Delaytrix - feedback delay network with 4 stereo delays

Hello I’ve finished a new patch that runs on Genius and Lich (and any other OWL2 device, I imagine). It’s a feedback delay network with four stereo delays that gives direct control over the feedback matrix values (positive or negative) in addition to input level and low pass filter for each delay. It’s clockable, has a freeze mode similar to Mimeophon’s, and an internal delay time modulator for vibrato/tape warble effects. Parameter assignment will make the most sense on a MIDI controller that has knobs in a grid, like the Midi Fighter Twister.

Here’s a long, but thorough video walkthrough:

Parameter A: the length of the first delay from 2 ms to 0.25 sec, 128th to 16th note when clocked

Parameter B: the overall feedback level (i.e. attenuator on the feedback matrix)

Parameter C: the amount that the four delay times are spread out, snaps to musical durations when clocked

Parameter D: dry/wet

Parameter E: a “skew” value that offsets the left and right delay times in each stereo delay by up to 48 samples in opposite directions, which can be used to stereoize mono signals

Parameter H: an internal delay time modulator with a frequency based on the first delay duration. above 50% is a sine wave and below 50% is smooth random. the modulator waves are output to parameters F and G.

Parameters AA-AD: gain for external audio going into each delay

Parameters AE-AH: low pass filter cutoffs for each delay output

Parameters BA-BD: delay matrix sends for Delay 1: 1 → 1, 1 → 2, 1 → 3, 1 → 4
Parameters BE-BH: delay matrix sends for Delay 2: 2 → 1, 2 → 2, 2 → 3, 2 → 4
Parameters CA-CD: delay matrix sends for Delay 3: 3 → 1, 3 → 2, 3 → 3, 3 → 4
Parameters CE-CH: delay matrix sends for Delay 4: 4 → 1, 4 → 2, 4 → 3, 4 → 4

Gate In 1: clock input, will drop into unclocked mode if the clock is slower than 60 BPM
Gate In 2: toggle freeze mode

Gate Out 1: a gate pattern derived from the four delay lengths, similar to how Mimeophon gate out works. In clocked mode these will be kept in sync with the clock.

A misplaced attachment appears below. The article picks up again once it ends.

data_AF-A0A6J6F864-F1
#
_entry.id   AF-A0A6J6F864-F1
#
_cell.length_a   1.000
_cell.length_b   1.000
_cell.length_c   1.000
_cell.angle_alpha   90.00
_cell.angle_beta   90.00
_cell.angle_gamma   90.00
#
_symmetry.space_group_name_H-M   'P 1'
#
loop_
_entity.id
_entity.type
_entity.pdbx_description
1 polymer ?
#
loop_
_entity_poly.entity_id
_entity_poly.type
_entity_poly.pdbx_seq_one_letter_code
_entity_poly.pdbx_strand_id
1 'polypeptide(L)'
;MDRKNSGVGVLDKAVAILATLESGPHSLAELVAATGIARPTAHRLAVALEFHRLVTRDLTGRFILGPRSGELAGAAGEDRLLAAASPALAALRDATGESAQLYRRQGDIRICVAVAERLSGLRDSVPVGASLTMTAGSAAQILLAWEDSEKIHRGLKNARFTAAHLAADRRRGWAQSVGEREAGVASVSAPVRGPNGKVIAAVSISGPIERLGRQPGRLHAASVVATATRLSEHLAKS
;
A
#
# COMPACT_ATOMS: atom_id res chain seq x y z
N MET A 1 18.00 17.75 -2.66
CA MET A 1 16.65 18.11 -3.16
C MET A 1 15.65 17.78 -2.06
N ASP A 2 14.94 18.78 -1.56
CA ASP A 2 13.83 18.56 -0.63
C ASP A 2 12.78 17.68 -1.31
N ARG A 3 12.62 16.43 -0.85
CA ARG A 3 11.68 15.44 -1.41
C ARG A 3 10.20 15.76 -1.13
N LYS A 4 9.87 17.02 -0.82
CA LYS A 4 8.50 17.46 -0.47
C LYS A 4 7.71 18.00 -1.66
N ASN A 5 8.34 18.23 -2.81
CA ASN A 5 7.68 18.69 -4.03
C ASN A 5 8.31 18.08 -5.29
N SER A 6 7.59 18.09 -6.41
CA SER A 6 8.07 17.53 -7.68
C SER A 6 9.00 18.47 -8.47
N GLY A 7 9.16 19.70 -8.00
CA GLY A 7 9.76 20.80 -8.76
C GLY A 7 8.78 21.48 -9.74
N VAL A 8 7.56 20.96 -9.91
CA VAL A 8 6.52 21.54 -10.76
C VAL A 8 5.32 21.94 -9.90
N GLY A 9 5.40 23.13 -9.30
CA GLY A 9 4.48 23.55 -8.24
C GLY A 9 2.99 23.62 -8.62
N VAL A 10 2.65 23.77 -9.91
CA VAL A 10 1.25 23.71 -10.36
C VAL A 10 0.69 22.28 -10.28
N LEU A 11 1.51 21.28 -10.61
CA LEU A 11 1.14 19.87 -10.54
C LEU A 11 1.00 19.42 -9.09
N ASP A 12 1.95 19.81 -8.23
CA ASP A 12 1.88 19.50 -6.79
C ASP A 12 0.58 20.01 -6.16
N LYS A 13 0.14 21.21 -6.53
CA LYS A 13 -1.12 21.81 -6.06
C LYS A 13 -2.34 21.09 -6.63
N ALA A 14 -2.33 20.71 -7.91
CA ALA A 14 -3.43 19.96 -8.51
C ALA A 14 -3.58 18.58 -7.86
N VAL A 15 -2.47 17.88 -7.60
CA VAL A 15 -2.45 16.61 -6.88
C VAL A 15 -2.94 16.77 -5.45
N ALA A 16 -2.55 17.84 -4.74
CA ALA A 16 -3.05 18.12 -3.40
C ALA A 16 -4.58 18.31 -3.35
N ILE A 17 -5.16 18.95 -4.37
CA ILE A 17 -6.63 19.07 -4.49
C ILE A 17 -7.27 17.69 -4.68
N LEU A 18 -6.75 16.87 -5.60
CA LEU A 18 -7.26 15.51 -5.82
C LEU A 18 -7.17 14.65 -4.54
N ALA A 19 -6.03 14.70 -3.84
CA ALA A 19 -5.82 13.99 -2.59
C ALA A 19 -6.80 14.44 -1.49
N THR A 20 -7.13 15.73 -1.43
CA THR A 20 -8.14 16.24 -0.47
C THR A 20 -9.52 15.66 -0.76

Gate Out 2: high when freeze mode is enabled

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Our quality control department spotted slight artifacts when quickly changing delay length (i.e. a few times after 15 minutes mark in the video). Particularly noticeable in clocked mode when you change them with parameter C. So a bit extra smoothing may be required to avoid jumping too far in the buffer.

Btw, I’ll also be experimenting in FDN direction a bit, planning to make a quadraphonic reverb.

Yeah, I spent a little bit of time working on delay time smoothing. It’s tricky because I found that using the same smoothing value at all times doesn’t work well. It’s either too slow to follow parameter changes or too fast to prevent a lot of jitter when parameters aren’t changing. I have an idea about how to improve it and might take a pass.

Quadraphonic reverb sounds really cool! I mean quadraphonic in general sounds fun to play with, but I don’t have the setup for it.

I had the misfortune to listen to a talk by Susanne Ciani a few years ago which gave me the idea to try it. Now that we have a 4 channel OWL hardware (AC/DC, plus my port to Daisy Patch) it’s not unreasonable to give it a go. Btw, she doesn’t use a true 4 channel reverb, but 2 sets of stereo from Eventide H9’s, so there’s no spread between front and back planes inside the wet sound. But with FDN topology it’s not a problem to add more channels and I think that some older designs (i.e. Chowning) are also available in quad.

I’ve implemented what I think is a decent sounding solution for the flanging/glitching when sweeping delay times pretty quickly. Rather than updating delay times every block, I determine how many blocks to wait before actually setting a delay time based on the size of the change in delay time. This provides much cleaner transitions from very short to very long times on the fourth delay, particularly when sweeping time with spread all the way. The internal delay time modulation is still applied every block so you can get smooth pitch-shifting effects even with long delay times.

I’ve also tweak the “skew” parameter slightly so that when turned past 50% it starts to apply some cross-feedback in each stereo delay. In doing this, I discovered I had a bug in the feedback code that was using the left feedback path for both left and right feedback!

Thanks @antisvin for your feedback on this patch and others, they are better patches as a result!

I’d love to run this on a Befaco Lich or AC/DC. I imagine the AC/DC would work fine with some mapped MIDI controllers (since it’s based on the newer Xibeca board). I’m not sure if this would work on the Lich (there’s a comment to that effect on the demo video).

Has anyone had success trying this patch on either of the Befaco devices?

Yes, I’ve run it on my Lich and it should work. I didn’t notice that comment on the YouTube video, not sure why they are having trouble.

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